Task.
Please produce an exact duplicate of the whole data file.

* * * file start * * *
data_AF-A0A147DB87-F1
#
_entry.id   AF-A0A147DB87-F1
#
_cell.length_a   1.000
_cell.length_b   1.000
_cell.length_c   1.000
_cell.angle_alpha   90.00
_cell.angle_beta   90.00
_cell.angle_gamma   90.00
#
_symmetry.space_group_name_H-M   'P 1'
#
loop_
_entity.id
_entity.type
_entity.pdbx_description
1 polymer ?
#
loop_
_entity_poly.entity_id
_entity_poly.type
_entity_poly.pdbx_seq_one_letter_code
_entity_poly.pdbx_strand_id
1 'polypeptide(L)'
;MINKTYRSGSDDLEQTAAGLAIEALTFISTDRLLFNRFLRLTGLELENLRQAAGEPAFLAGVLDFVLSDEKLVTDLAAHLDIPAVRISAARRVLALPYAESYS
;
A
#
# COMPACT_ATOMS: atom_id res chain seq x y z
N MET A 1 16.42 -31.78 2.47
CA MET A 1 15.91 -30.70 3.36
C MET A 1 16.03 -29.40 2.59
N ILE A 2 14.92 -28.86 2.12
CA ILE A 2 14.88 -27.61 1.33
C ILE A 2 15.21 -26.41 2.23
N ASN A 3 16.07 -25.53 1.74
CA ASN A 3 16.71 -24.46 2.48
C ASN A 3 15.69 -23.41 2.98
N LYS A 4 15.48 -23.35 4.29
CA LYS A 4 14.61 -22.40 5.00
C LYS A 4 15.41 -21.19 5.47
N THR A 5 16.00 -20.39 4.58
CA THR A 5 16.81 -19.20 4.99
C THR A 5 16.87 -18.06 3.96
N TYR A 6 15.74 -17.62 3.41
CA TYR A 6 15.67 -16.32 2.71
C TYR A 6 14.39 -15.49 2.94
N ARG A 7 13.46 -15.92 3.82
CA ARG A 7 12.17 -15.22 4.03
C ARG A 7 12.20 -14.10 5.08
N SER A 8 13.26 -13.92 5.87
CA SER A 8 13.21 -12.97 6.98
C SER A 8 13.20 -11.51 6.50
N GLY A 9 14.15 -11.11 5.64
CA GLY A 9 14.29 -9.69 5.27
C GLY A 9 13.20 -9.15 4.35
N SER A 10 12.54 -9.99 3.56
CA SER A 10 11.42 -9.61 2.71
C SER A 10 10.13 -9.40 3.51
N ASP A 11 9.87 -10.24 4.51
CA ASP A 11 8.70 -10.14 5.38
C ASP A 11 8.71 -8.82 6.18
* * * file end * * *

data_AF-A0A147DB87-F1
#
_entry.id   AF-A0A147DB87-F1
#
_cell.length_a   1.000
_cell.length_b   1.000
_cell.length_c   1.000
_cell.angle_alpha   90.00
_cell.angle_beta   90.00
_cell.angle_gamma   90.00
#
_symmetry.space_group_name_H-M   'P 1'
#
loop_
_entity.id
_entity.type
_entity.pdbx_description
1 polymer ?
#
loop_
_entity_poly.entity_id
_entity_poly.type
_entity_poly.pdbx_seq_one_letter_code
_entity_poly.pdbx_strand_id
1 'polypeptide(L)'
;MINKTYRSGSDDLEQTAAGLAIEALTFISTDRLLFNRFLRLTGLELENLRQAAGEPAFLAGVLDFVLSDEKLVTDLAAHLDIPAVRISAARRVLALPYAESYS
;
A
#
# COMPACT_ATOMS: atom_id res chain seq x y z
N MET A 1 16.42 -31.78 2.47
CA MET A 1 15.91 -30.70 3.36
C MET A 1 16.03 -29.40 2.59
N ILE A 2 14.92 -28.86 2.12
CA ILE A 2 14.88 -27.61 1.33
C ILE A 2 15.21 -26.41 2.23
N ASN A 3 16.07 -25.53 1.74
CA ASN A 3 16.71 -24.46 2.48
C ASN A 3 15.69 -23.41 2.98
N LYS A 4 15.48 -23.35 4.29
CA LYS A 4 14.61 -22.40 5.00
C LYS A 4 15.41 -21.19 5.47
N THR A 5 16.00 -20.39 4.58
CA THR A 5 16.81 -19.20 4.99
C THR A 5 16.87 -18.06 3.96
N TYR A 6 15.74 -17.62 3.41
CA TYR A 6 15.67 -16.32 2.71
C TYR A 6 14.39 -15.49 2.94
N ARG A 7 13.46 -15.92 3.82
CA ARG A 7 12.17 -15.22 4.03
C ARG A 7 12.20 -14.10 5.08
N SER A 8 13.26 -13.92 5.87
CA SER A 8 13.21 -12.97 6.98
C SER A 8 13.20 -11.51 6.50
N GLY A 9 14.15 -11.11 5.64
CA GLY A 9 14.29 -9.69 5.27
C GLY A 9 13.20 -9.15 4.35
N SER A 10 12.54 -9.99 3.56
CA SER A 10 11.42 -9.61 2.71
C SER A 10 10.13 -9.40 3.51
N ASP A 11 9.87 -10.24 4.51
CA ASP A 11 8.70 -10.14 5.38
C ASP A 11 8.71 -8.82 6.18